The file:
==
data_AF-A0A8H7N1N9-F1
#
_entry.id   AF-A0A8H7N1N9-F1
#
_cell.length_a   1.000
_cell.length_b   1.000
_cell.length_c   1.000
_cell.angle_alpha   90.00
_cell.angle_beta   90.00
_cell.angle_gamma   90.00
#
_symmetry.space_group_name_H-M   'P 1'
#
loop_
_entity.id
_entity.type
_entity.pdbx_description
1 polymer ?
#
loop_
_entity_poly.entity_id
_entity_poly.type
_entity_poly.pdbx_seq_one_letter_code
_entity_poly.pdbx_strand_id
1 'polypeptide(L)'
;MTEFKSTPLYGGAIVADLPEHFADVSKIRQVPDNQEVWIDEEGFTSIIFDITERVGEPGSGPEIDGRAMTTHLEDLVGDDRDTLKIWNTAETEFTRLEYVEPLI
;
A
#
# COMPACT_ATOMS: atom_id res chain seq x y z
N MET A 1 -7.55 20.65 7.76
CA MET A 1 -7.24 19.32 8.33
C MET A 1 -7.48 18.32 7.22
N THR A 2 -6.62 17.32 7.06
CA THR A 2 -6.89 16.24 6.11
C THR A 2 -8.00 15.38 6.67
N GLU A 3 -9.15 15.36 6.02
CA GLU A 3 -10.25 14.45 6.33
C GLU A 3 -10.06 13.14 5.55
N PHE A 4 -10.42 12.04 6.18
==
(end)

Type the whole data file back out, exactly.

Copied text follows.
data_AF-A0A8H7N1N9-F1
#
_entry.id   AF-A0A8H7N1N9-F1
#
_cell.length_a   1.000
_cell.length_b   1.000
_cell.length_c   1.000
_cell.angle_alpha   90.00
_cell.angle_beta   90.00
_cell.angle_gamma   90.00
#
_symmetry.space_group_name_H-M   'P 1'
#
loop_
_entity.id
_entity.type
_entity.pdbx_description
1 polymer ?
#
loop_
_entity_poly.entity_id
_entity_poly.type
_entity_poly.pdbx_seq_one_letter_code
_entity_poly.pdbx_strand_id
1 'polypeptide(L)'
;MTEFKSTPLYGGAIVADLPEHFADVSKIRQVPDNQEVWIDEEGFTSIIFDITERVGEPGSGPEIDGRAMTTHLEDLVGDDRDTLKIWNTAETEFTRLEYVEPLI
;
A
#
# COMPACT_ATOMS: atom_id res chain seq x y z
N MET A 1 -7.55 20.65 7.76
CA MET A 1 -7.24 19.32 8.33
C MET A 1 -7.48 18.32 7.22
N THR A 2 -6.62 17.32 7.06
CA THR A 2 -6.89 16.24 6.11
C THR A 2 -8.00 15.38 6.67
N GLU A 3 -9.15 15.36 6.02
CA GLU A 3 -10.25 14.45 6.33
C GLU A 3 -10.06 13.14 5.55
N PHE A 4 -10.42 12.04 6.18